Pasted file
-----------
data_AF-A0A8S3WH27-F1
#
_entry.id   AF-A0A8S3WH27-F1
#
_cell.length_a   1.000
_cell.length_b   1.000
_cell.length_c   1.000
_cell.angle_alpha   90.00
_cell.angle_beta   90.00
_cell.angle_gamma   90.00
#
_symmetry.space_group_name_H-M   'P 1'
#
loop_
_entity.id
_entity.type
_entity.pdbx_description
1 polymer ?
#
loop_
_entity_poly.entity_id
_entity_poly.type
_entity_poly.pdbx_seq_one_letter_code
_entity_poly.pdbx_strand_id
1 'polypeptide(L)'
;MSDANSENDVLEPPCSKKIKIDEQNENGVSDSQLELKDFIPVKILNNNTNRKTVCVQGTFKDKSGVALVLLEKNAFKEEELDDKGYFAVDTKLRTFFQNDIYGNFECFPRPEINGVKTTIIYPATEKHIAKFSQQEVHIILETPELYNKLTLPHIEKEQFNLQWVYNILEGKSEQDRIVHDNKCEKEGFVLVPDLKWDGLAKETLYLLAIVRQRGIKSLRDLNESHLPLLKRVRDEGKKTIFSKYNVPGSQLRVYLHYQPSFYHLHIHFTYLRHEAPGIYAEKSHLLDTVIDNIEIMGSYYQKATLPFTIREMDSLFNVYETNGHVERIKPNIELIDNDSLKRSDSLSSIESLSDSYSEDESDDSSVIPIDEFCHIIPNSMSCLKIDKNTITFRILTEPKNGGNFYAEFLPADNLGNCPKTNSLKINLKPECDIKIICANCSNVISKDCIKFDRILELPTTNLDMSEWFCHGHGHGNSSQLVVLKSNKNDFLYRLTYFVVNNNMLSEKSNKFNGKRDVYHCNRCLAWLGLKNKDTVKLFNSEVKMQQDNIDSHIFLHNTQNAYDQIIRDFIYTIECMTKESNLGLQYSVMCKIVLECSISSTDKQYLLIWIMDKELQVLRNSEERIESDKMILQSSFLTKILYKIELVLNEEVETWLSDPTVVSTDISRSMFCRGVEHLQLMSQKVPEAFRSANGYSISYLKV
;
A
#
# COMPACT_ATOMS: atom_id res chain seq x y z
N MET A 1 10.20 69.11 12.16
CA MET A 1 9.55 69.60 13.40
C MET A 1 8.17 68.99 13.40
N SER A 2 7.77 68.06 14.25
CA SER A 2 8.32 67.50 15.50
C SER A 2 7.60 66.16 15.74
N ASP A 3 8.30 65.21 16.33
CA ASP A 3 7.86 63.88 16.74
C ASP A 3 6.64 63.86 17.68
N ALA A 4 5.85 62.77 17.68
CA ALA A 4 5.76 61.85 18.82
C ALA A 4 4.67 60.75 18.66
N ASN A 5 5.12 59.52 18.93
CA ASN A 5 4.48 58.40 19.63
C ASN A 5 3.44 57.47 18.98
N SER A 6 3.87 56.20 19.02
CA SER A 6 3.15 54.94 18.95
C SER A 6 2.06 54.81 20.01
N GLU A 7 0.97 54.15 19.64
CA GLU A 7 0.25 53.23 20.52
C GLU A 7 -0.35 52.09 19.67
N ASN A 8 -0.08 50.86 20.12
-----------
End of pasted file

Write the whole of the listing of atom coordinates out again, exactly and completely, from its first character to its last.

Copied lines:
data_AF-A0A8S3WH27-F1
#
_entry.id   AF-A0A8S3WH27-F1
#
_cell.length_a   1.000
_cell.length_b   1.000
_cell.length_c   1.000
_cell.angle_alpha   90.00
_cell.angle_beta   90.00
_cell.angle_gamma   90.00
#
_symmetry.space_group_name_H-M   'P 1'
#
loop_
_entity.id
_entity.type
_entity.pdbx_description
1 polymer ?
#
loop_
_entity_poly.entity_id
_entity_poly.type
_entity_poly.pdbx_seq_one_letter_code
_entity_poly.pdbx_strand_id
1 'polypeptide(L)'
;MSDANSENDVLEPPCSKKIKIDEQNENGVSDSQLELKDFIPVKILNNNTNRKTVCVQGTFKDKSGVALVLLEKNAFKEEELDDKGYFAVDTKLRTFFQNDIYGNFECFPRPEINGVKTTIIYPATEKHIAKFSQQEVHIILETPELYNKLTLPHIEKEQFNLQWVYNILEGKSEQDRIVHDNKCEKEGFVLVPDLKWDGLAKETLYLLAIVRQRGIKSLRDLNESHLPLLKRVRDEGKKTIFSKYNVPGSQLRVYLHYQPSFYHLHIHFTYLRHEAPGIYAEKSHLLDTVIDNIEIMGSYYQKATLPFTIREMDSLFNVYETNGHVERIKPNIELIDNDSLKRSDSLSSIESLSDSYSEDESDDSSVIPIDEFCHIIPNSMSCLKIDKNTITFRILTEPKNGGNFYAEFLPADNLGNCPKTNSLKINLKPECDIKIICANCSNVISKDCIKFDRILELPTTNLDMSEWFCHGHGHGNSSQLVVLKSNKNDFLYRLTYFVVNNNMLSEKSNKFNGKRDVYHCNRCLAWLGLKNKDTVKLFNSEVKMQQDNIDSHIFLHNTQNAYDQIIRDFIYTIECMTKESNLGLQYSVMCKIVLECSISSTDKQYLLIWIMDKELQVLRNSEERIESDKMILQSSFLTKILYKIELVLNEEVETWLSDPTVVSTDISRSMFCRGVEHLQLMSQKVPEAFRSANGYSISYLKV
;
A
#
# COMPACT_ATOMS: atom_id res chain seq x y z
N MET A 1 10.20 69.11 12.16
CA MET A 1 9.55 69.60 13.40
C MET A 1 8.17 68.99 13.40
N SER A 2 7.77 68.06 14.25
CA SER A 2 8.32 67.50 15.50
C SER A 2 7.60 66.16 15.74
N ASP A 3 8.30 65.21 16.33
CA ASP A 3 7.86 63.88 16.74
C ASP A 3 6.64 63.86 17.68
N ALA A 4 5.85 62.77 17.68
CA ALA A 4 5.76 61.85 18.82
C ALA A 4 4.67 60.75 18.66
N ASN A 5 5.12 59.52 18.93
CA ASN A 5 4.48 58.40 19.63
C ASN A 5 3.44 57.47 18.98
N SER A 6 3.87 56.20 19.02
CA SER A 6 3.15 54.94 18.95
C SER A 6 2.06 54.81 20.01
N GLU A 7 0.97 54.15 19.64
CA GLU A 7 0.25 53.23 20.52
C GLU A 7 -0.35 52.09 19.67
N ASN A 8 -0.08 50.86 20.12